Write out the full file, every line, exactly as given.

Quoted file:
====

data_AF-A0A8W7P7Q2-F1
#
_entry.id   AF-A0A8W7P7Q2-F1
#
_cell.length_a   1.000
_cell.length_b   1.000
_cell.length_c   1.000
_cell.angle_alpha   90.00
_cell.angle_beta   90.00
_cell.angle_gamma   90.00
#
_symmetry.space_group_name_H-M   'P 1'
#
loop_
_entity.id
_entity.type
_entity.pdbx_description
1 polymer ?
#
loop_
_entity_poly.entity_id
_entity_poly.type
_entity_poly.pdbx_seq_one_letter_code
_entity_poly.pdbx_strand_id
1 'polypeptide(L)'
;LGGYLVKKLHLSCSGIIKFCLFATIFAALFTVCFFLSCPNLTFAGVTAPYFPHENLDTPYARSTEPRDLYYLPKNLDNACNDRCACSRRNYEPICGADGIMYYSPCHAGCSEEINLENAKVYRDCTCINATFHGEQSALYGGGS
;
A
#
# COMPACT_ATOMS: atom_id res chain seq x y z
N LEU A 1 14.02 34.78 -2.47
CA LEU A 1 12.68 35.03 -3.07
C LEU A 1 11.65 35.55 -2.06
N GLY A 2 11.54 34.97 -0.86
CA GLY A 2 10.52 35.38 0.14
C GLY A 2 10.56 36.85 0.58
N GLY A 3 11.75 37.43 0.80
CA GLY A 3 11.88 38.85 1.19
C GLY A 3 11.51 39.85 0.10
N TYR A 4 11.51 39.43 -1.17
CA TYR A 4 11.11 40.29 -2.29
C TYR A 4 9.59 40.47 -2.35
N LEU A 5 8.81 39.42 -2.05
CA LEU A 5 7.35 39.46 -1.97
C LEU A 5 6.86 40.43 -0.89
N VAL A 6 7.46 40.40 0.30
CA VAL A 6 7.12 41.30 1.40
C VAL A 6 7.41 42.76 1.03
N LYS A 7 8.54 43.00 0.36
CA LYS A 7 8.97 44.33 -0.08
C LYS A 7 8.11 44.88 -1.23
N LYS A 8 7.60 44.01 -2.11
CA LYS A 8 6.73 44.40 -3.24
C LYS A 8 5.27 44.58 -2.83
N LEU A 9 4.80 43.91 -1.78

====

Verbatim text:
data_AF-A0A8W7P7Q2-F1
#
_entry.id   AF-A0A8W7P7Q2-F1
#
_cell.length_a   1.000
_cell.length_b   1.000
_cell.length_c   1.000
_cell.angle_alpha   90.00
_cell.angle_beta   90.00
_cell.angle_gamma   90.00
#
_symmetry.space_group_name_H-M   'P 1'
#
loop_
_entity.id
_entity.type
_entity.pdbx_description
1 polymer ?
#
loop_
_entity_poly.entity_id
_entity_poly.type
_entity_poly.pdbx_seq_one_letter_code
_entity_poly.pdbx_strand_id
1 'polypeptide(L)'
;LGGYLVKKLHLSCSGIIKFCLFATIFAALFTVCFFLSCPNLTFAGVTAPYFPHENLDTPYARSTEPRDLYYLPKNLDNACNDRCACSRRNYEPICGADGIMYYSPCHAGCSEEINLENAKVYRDCTCINATFHGEQSALYGGGS
;
A
#
# COMPACT_ATOMS: atom_id res chain seq x y z
N LEU A 1 14.02 34.78 -2.47
CA LEU A 1 12.68 35.03 -3.07
C LEU A 1 11.65 35.55 -2.06
N GLY A 2 11.54 34.97 -0.86
CA GLY A 2 10.52 35.38 0.14
C GLY A 2 10.56 36.85 0.58
N GLY A 3 11.75 37.43 0.80
CA GLY A 3 11.88 38.85 1.19
C GLY A 3 11.51 39.85 0.10
N TYR A 4 11.51 39.43 -1.17
CA TYR A 4 11.11 40.29 -2.29
C TYR A 4 9.59 40.47 -2.35
N LEU A 5 8.81 39.42 -2.05
CA LEU A 5 7.35 39.46 -1.97
C LEU A 5 6.86 40.43 -0.89
N VAL A 6 7.46 40.40 0.30
CA VAL A 6 7.12 41.30 1.40
C VAL A 6 7.41 42.76 1.03
N LYS A 7 8.54 43.00 0.36
CA LYS A 7 8.97 44.33 -0.08
C LYS A 7 8.11 44.88 -1.23
N LYS A 8 7.60 44.01 -2.11
CA LYS A 8 6.73 44.40 -3.24
C LYS A 8 5.27 44.58 -2.83
N LEU A 9 4.80 43.91 -1.78